In the past, subsidies for care offered by the agency came from Gaming Fund grants, but those funds have been declining for a number of years, with the past year’s $25,000 in funding being the lowest ever received. “To meet the needs of our Nanaimo clients alone, we require more than $100,000 in funding annually,” Blacklock said. “We have survived to this point because of donated professional counselling services, but these were intended as interim measures to bridge the agency to a more sustainable funding model.”

While other non-profit agencies on Vancouver Island offer counselling services, only Island Integrated Counselling has made individual and group counselling provided by professional trained therapists its sole focus in mid-Island communities. Ours is the only agency in the region with the capacity to offer a full range of therapeutic counselling services with continuity of care and no wait list. “Our funding needs are not based on future plans to meet mental wellness needs of our communities. We are doing that already, to the benefit of hundreds of members of the communities we serve,” Blacklock said. “We need additional resources to help us deal with the doubling of our client base at a time of declining government funding. The need far outstrips the resources this government provides, and this indefensible decision will only make an unsustainable situation worse.”

The agency must now take the following immediate measures to survive:

  • Plans already well underway to expand our services to a second more accessible Nanaimo location, as well as to offer subsidized counselling services in Tofino, Campbell River, Duncan, and Salt Spring Island, must now be delayed or cancelled. Our plan to begin providing services in the Comox Valley and the Islands off Vancouver Island’s east coast is being revised.
  • A number of our clients receive full subsidy, unable to pay anything for their counselling, while others pay a significantly reduced amount, depending on their income. These clients, two thirds of our total, will receive two more sessions at the heavily subsidized rate, after which they will be required to pay a minimum of $35 per session to be seen by a practicum student and $60 per session to be seen by a registered therapist. It is projected that this will mean more than 50 current clients will be unable to continue counselling services in the short term, and over the course of each year, more than 200 will be unable to access affordable counselling services from our agency.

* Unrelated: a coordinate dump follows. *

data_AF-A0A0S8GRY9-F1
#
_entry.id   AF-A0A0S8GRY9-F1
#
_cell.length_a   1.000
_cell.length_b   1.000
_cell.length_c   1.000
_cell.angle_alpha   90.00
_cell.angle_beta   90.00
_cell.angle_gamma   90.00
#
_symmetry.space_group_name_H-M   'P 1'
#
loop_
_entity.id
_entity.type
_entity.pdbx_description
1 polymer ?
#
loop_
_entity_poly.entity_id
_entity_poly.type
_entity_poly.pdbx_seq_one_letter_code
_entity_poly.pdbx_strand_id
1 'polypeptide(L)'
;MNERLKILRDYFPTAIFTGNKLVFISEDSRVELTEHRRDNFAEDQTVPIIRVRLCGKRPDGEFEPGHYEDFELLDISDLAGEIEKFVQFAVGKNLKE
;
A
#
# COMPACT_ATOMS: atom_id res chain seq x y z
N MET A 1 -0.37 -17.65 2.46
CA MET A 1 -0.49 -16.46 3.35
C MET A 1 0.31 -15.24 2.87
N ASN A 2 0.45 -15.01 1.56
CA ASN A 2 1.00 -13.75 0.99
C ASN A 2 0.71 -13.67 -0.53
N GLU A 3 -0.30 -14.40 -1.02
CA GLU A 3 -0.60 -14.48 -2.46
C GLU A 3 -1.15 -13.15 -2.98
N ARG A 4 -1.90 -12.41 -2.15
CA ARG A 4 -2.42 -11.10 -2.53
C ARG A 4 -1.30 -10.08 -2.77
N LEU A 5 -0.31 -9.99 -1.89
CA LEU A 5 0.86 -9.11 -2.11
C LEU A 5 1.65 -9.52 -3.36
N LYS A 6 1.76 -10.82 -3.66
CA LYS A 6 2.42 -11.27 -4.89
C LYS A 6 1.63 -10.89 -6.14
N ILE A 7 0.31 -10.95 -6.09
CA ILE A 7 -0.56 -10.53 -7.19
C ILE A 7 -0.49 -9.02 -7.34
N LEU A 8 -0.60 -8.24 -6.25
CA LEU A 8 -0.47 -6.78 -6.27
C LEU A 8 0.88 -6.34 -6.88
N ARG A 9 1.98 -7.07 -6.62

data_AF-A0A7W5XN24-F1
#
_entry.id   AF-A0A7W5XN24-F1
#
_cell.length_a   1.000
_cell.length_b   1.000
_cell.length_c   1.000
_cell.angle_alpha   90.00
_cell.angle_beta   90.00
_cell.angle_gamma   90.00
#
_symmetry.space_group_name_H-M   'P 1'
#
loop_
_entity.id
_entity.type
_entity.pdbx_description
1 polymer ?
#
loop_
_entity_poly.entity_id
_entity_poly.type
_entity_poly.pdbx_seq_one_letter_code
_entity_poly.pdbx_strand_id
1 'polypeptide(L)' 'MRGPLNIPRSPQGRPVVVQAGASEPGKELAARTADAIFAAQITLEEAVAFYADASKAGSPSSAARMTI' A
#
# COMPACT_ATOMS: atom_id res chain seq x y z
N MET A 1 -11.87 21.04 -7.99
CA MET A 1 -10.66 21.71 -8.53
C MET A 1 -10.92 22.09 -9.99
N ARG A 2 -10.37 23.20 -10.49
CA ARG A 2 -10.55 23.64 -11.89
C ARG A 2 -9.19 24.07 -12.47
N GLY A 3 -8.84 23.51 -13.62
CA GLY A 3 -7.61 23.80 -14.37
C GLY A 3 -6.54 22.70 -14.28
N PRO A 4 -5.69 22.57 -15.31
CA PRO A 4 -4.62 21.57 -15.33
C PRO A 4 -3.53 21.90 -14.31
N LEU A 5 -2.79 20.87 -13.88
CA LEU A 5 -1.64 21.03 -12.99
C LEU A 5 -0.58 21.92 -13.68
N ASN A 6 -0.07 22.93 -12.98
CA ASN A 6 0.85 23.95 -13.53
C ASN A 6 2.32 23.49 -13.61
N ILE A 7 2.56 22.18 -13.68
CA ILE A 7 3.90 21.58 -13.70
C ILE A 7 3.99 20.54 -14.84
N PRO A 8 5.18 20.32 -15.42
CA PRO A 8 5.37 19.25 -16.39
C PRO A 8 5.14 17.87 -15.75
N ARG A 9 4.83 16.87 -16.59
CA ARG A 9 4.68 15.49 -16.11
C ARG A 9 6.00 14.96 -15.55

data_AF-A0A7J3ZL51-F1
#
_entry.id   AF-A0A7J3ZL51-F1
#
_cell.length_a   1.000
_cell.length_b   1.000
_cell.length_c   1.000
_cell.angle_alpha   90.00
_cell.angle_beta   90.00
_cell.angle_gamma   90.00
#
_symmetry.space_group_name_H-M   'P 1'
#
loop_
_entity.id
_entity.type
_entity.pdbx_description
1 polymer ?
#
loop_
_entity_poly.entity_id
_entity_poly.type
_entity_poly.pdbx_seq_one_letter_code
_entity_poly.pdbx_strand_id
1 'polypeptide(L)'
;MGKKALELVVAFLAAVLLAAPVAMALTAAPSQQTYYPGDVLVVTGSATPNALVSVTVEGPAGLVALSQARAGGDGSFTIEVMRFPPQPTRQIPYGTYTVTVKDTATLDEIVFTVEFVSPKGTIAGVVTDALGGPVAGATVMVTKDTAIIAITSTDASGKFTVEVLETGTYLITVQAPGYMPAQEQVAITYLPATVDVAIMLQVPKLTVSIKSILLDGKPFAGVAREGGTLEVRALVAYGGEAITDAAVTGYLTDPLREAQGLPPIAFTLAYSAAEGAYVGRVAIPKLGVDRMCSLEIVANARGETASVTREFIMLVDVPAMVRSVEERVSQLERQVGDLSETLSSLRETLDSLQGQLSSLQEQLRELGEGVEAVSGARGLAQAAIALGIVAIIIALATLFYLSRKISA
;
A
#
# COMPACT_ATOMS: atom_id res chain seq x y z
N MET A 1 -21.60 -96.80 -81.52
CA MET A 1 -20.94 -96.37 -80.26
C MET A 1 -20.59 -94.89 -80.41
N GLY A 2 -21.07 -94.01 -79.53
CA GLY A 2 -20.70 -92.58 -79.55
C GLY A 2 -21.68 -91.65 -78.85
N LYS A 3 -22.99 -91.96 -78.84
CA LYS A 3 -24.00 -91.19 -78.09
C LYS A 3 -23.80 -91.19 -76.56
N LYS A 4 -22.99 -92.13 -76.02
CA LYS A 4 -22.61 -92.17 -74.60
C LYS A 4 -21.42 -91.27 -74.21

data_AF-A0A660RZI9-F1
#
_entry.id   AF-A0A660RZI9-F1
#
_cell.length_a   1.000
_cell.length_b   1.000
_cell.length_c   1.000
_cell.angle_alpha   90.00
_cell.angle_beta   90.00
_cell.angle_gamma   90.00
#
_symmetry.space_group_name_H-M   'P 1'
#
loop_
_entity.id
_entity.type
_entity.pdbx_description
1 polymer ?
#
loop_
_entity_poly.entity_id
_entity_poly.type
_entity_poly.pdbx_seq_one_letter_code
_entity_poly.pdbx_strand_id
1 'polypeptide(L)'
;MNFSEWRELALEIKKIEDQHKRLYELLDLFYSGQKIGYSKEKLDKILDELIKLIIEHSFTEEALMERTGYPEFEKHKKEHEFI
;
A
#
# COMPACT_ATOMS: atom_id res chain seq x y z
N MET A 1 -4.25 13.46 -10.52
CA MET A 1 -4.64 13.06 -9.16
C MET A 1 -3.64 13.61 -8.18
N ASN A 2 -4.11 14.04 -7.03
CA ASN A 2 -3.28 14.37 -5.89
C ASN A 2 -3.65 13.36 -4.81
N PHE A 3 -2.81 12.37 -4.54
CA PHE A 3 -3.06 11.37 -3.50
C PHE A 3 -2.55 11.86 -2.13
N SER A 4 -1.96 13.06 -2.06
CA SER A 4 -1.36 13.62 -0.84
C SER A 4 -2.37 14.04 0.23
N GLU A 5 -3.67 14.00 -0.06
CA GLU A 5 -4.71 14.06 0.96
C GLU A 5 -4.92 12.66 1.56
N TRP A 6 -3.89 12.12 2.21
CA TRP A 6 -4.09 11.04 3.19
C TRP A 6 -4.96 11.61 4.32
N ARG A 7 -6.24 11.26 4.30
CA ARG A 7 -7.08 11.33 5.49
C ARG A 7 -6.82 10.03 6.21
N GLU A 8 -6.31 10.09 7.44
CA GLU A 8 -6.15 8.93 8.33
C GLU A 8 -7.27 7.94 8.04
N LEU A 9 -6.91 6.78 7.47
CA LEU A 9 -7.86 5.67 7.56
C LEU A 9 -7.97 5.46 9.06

• Outside of Island Health, Island Integrated Counselling is the only provider of Dialectical Behavioural Therapy (DBT) on Vancouver Island. DBT is the gold standard treatment for suicidality and Borderline Personality Disorder and a proven treatment for other complex mental health issues such as PTSD, trauma-related challenges, and dependence on drugs, alcohol, and substances. DBT groups will continue to be offered on a no-fee basis while we await word on whether the increased funding for DBT requested from the Gaming Fund is approved, but the individual component of DBT therapy will be based on the new minimum fees. Most damaging will be the effect on our DBT program for adolescents, which can now be offered only if our minimum cost of $1,200 per client ($60 x 20 sessions) can be recovered from the families of adolescents suffering from suicidality and other serious mental health challenges. Island Health’s waiting lists for DBT therapy grow longer every day.

Despite these measures, reliance on unpredictable Gaming Fund funding is not a sustainable funding model, and it is likely the Horgan government’s decision to not fund our agency will lead to our closure if the government continues to fail to take seriously mental health needs on Vancouver Island. At particular risk are those whose lives have been so disrupted by their mental health challenges that they are unable to meet their own needs for income, housing, and health.

Island Integrated Counselling calls on our Member of the Legislative Assembly, Nanaimo MLA Sheila Malcolmson, to fight much harder for her constituents’ mental health needs by demanding that her government commit to a sustainable funding model for our agency.

For further information, please contact:

Earl Blacklock, MALM, MDIV, MC

Executive Director

Vancouver Island Integrated Counselling

   and Community Services Society

o/a Island Integrated Counselling

#306 285 Prideaux Street, Nanaimo, BC V9R 2L2

129 Alberni Highway, Parksville, BC

250-954-7150 (voice and text)

250-716-8888 (office and messages)

Frequently Asked Questions

Q.      There were 190 applications for this funding program, and only a fraction of that number could be given funding. Why call into question the decisions made just because you weren’t successful?